The True Story Behind ‘The Great Heist’ Really Is That Wild

A team of thieves talked their way into a Colombian bank on a quiet Sunday morning. They walked out the next day with almost 33 million US dollars.

On an October Sunday in 1994, a team of thieves posed as HVAC repairmen and armed with welding machines and oxygen tanks walked into a branch of Colombia’s central bank in the northern city of Valledupar at 6 in the morning. Over a day later, and without a single shot fired, they walked back out with the equivalent of almost 33 million US dollars. Due to a regional holiday, the alarm wouldn’t sound until Wednesday morning, when guards at the Venezuelan border were finally notified to be on the lookout. The crime was dubbed ‘El robo de siglo’ — the robbery of the century — which is the Spanish name of Netflix’s new series The Great Heist, which is based on the audacious true story.

It’s not the first time the story of Colombia’s biggest bank job has been told in popular media. The South American journalist Alfredo Serrano Zabala’s book — Así robé el banco : el asalto del siglo XX en Colombia — reportedly served as inspiration for the new series, which traces the crime from its conception to its brazen execution. According to the popular newspaper Semana, the highly technical caper took almost eight months to plot, with the team’s masterminds poring over building schematics and the bank’s security measures. Ultimately, 26 people were identified in the robbery, including the bank’s own guards and other employees. They made their big getaway in beer delivery trucks.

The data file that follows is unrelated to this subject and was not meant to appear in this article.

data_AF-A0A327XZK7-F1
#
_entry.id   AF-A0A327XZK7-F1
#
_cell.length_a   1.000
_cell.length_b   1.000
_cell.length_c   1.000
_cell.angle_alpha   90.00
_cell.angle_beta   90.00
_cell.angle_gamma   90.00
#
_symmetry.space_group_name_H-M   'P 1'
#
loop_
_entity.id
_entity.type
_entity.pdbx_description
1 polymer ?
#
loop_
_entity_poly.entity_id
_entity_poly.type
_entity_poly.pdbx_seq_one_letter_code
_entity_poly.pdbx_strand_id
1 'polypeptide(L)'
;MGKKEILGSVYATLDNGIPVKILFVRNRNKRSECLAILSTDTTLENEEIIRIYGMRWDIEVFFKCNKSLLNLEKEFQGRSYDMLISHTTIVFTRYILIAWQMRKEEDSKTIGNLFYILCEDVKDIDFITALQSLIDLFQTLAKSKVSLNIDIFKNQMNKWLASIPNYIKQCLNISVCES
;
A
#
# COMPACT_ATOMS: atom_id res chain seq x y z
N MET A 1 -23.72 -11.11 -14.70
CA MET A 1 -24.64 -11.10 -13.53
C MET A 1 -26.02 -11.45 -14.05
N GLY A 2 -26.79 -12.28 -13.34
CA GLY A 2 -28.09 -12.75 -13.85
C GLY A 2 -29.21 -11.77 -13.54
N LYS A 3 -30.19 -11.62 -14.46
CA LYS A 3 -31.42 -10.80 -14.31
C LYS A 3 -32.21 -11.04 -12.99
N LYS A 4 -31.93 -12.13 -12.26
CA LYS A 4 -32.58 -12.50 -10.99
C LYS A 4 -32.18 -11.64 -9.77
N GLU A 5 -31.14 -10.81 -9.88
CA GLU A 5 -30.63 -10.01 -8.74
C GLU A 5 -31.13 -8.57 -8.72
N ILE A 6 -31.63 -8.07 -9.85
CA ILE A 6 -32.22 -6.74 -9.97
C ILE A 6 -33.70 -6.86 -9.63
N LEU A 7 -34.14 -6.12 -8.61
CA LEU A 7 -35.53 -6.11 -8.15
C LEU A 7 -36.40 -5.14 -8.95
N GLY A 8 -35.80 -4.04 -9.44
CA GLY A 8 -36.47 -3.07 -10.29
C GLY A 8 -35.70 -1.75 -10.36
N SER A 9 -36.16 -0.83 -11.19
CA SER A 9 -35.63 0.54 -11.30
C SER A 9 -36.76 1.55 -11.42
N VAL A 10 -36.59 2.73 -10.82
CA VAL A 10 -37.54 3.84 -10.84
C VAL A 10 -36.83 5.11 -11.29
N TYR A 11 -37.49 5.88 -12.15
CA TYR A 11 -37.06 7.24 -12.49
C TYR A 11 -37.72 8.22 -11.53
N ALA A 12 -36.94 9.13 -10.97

In other words, with its high value target and sprawling cast of characters, it’s the kind of crime that was destined to become the basis of a Hollywood production.

According to actor Andrés Parra, who could be seen most recently playing thieving soccer boss Sergio Jadue in Amazon’s El Presidente, the six-episode series hews closely to the actual events of the robbery and its aftermath. Which isn’t to say it’s a true story in every respect. The fiction, Parra believes, is in the relationships between the characters and how their success goes on to blow up their families’ lives.

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